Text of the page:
The Undesirability of Mandatory Time-Based Sunsets in Dual Class Share Structures: A Reply to Bebchuk and Kastiel

10 Pages Posted: 13 May 2019

See all articles by Bernard S. Sharfman

Bernard S. Sharfman

RealClearFoundation; Law & Economics Center at George Mason University’s Antonin Scalia Law School; affiliation not provided to SSRN

Date Written: April 24, 2019

Abstract

In a 2017 Virginia Law Review article, "The Untenable Case for Perpetual Dual-Class Stock," Lucian Bebchuk and Kobi Kastiel made the argument that time-based sunset provisions (a forced unification of shares into one share structure with equal voting rights after a certain period of time) should be a mandatory feature of dual class share structures (classes of common stock with unequal voting rights). Their article has recently been used as authority by the Council of Institutional Investors' ("CII") in its petitions to the NASDAQ Stock Market ("NASDAQ") and the New York Stock Exchange ("NYSE") to amend their listing standards. The requested amendments would require companies seeking to go public with dual class shares to include in their certificates of incorporation a time-based sunset provision that must go into effect no more than seven years after the initial public offering (IPO) unless minority shareholders vote to extend up to an additional seven years. This delayed unification based on a shareholder vote is incorporated in Bebchuk and Kastiel's argument.

This Article, which is based on comment letters I sent in response to the CII's petitions, argues that such a mandatory provision would be extremely unwise and harmful to our most important public companies and their shareholders, current as well as future. As a creation of private ordering, the absence of time-based sunset provisions in dual class share structures serves a significant value enhancing purpose. It prevents the risk that a premature and therefore sub-optimal unification of shares may occur. This risk has so far been ignored by those advocating for the implementation of a mandatory time-based sunset provision. As subsequently discussed, this risk has been ignored because of an oversight in their analysis. This oversight being a lack of appreciation for how the positive skewness in stock market returns negatively impacts the value of mandatory time-based sunset provisions.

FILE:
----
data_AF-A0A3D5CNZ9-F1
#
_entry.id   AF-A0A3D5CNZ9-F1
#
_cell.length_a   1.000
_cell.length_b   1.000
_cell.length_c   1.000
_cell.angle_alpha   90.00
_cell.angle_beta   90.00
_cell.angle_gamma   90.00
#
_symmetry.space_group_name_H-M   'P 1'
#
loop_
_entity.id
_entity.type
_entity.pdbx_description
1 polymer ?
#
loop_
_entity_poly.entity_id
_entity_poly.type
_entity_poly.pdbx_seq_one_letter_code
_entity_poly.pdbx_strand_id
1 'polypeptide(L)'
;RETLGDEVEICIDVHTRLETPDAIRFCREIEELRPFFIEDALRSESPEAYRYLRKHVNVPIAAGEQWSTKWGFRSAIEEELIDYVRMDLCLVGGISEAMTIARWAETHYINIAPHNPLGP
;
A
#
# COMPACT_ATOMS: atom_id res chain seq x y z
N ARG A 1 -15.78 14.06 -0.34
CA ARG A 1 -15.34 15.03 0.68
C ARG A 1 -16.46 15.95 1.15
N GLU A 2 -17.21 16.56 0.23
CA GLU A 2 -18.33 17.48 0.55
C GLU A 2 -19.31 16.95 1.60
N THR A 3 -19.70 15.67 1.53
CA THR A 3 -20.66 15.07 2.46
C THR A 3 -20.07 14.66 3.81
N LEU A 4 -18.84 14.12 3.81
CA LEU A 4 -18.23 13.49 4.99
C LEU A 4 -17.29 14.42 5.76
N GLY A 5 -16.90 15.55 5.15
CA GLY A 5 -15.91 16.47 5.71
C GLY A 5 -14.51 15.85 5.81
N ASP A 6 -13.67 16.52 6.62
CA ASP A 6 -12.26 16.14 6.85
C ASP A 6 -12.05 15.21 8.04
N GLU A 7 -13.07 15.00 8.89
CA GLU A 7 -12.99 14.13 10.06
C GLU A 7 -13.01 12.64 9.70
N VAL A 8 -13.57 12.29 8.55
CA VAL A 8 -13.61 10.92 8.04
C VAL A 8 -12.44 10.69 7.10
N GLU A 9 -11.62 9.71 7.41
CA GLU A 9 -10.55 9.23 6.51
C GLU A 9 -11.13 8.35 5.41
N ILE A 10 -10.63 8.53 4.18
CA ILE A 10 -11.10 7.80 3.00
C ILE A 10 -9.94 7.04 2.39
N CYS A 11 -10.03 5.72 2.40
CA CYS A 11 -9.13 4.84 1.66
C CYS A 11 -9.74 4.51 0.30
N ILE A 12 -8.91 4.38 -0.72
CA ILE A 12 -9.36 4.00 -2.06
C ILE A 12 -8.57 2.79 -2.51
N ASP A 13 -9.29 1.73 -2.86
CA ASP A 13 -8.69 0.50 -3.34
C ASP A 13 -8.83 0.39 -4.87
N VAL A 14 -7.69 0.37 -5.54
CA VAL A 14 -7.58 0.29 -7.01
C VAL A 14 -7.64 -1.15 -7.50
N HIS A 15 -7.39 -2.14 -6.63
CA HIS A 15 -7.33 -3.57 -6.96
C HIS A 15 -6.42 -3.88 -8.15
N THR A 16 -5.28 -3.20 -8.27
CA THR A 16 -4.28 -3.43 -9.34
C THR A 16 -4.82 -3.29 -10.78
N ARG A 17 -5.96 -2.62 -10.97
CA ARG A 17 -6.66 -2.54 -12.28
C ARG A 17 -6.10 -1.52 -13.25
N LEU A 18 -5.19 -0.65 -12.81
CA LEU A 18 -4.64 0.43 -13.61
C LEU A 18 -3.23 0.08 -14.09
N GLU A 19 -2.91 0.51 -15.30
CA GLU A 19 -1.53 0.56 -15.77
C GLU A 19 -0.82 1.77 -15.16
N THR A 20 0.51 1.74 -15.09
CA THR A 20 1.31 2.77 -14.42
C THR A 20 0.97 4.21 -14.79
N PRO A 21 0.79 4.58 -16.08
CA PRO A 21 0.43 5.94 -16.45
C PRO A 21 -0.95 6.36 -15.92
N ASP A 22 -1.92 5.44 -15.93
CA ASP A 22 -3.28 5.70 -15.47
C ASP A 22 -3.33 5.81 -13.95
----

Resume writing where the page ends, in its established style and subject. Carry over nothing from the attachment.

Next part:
Keywords: dual class shares, time-based sunsets, listing standards, positive skewness, stock market returns, private ordering, corporate governance

JEL Classification: K22, G18, G30, G32

Suggested Citation

Sharfman, Bernard S., The Undesirability of Mandatory Time-Based Sunsets in Dual Class Share Structures: A Reply to Bebchuk and Kastiel (April 24, 2019). Southern California Law Review Postscript Vol. 93 PS1 2019, Available at SSRN: https://ssrn.com/abstract=3368476

Law & Economics Center at George Mason University’s Antonin Scalia Law School ( email )

affiliation not provided to SSRN

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